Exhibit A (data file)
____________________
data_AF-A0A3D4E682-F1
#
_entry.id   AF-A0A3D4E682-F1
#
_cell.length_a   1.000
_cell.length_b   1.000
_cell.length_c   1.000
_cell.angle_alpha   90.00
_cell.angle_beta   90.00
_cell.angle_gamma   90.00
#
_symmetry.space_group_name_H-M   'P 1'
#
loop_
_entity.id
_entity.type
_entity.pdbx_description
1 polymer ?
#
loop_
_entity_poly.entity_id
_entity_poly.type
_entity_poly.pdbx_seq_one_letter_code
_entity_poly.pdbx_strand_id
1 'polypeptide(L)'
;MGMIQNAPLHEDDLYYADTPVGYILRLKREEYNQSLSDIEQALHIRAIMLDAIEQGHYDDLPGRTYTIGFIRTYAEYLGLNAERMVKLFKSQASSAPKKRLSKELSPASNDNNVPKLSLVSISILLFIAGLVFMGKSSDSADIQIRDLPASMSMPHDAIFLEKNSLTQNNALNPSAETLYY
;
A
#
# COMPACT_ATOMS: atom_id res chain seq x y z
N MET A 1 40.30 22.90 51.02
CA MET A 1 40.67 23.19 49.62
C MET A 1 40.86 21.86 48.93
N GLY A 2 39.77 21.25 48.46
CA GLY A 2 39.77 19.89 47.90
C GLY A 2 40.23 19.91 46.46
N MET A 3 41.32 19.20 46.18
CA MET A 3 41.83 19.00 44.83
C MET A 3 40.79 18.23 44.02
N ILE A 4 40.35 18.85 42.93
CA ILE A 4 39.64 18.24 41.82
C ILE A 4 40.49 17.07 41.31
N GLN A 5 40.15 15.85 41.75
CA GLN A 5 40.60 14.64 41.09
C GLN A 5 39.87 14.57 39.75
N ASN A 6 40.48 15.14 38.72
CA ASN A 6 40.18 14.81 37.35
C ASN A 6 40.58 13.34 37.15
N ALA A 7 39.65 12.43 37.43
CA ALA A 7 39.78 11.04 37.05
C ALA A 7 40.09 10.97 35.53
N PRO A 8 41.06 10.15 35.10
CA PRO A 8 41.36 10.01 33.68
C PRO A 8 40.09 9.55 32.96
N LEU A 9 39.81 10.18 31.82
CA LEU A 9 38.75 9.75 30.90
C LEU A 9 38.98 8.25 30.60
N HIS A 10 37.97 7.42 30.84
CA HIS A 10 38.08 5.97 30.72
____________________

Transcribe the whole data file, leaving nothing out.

data_AF-A0A3D4E682-F1
#
_entry.id   AF-A0A3D4E682-F1
#
_cell.length_a   1.000
_cell.length_b   1.000
_cell.length_c   1.000
_cell.angle_alpha   90.00
_cell.angle_beta   90.00
_cell.angle_gamma   90.00
#
_symmetry.space_group_name_H-M   'P 1'
#
loop_
_entity.id
_entity.type
_entity.pdbx_description
1 polymer ?
#
loop_
_entity_poly.entity_id
_entity_poly.type
_entity_poly.pdbx_seq_one_letter_code
_entity_poly.pdbx_strand_id
1 'polypeptide(L)'
;MGMIQNAPLHEDDLYYADTPVGYILRLKREEYNQSLSDIEQALHIRAIMLDAIEQGHYDDLPGRTYTIGFIRTYAEYLGLNAERMVKLFKSQASSAPKKRLSKELSPASNDNNVPKLSLVSISILLFIAGLVFMGKSSDSADIQIRDLPASMSMPHDAIFLEKNSLTQNNALNPSAETLYY
;
A
#
# COMPACT_ATOMS: atom_id res chain seq x y z
N MET A 1 40.30 22.90 51.02
CA MET A 1 40.67 23.19 49.62
C MET A 1 40.86 21.86 48.93
N GLY A 2 39.77 21.25 48.46
CA GLY A 2 39.77 19.89 47.90
C GLY A 2 40.23 19.91 46.46
N MET A 3 41.32 19.20 46.18
CA MET A 3 41.83 19.00 44.83
C MET A 3 40.79 18.23 44.02
N ILE A 4 40.35 18.85 42.93
CA ILE A 4 39.64 18.24 41.82
C ILE A 4 40.49 17.07 41.31
N GLN A 5 40.15 15.85 41.75
CA GLN A 5 40.60 14.64 41.09
C GLN A 5 39.87 14.57 39.75
N ASN A 6 40.48 15.14 38.72
CA ASN A 6 40.18 14.81 37.35
C ASN A 6 40.58 13.34 37.15
N ALA A 7 39.65 12.43 37.43
CA ALA A 7 39.78 11.04 37.05
C ALA A 7 40.09 10.97 35.53
N PRO A 8 41.06 10.15 35.10
CA PRO A 8 41.36 10.01 33.68
C PRO A 8 40.09 9.55 32.96
N LEU A 9 39.81 10.18 31.82
CA LEU A 9 38.75 9.75 30.90
C LEU A 9 38.98 8.25 30.60
N HIS A 10 37.97 7.42 30.84
CA HIS A 10 38.08 5.97 30.72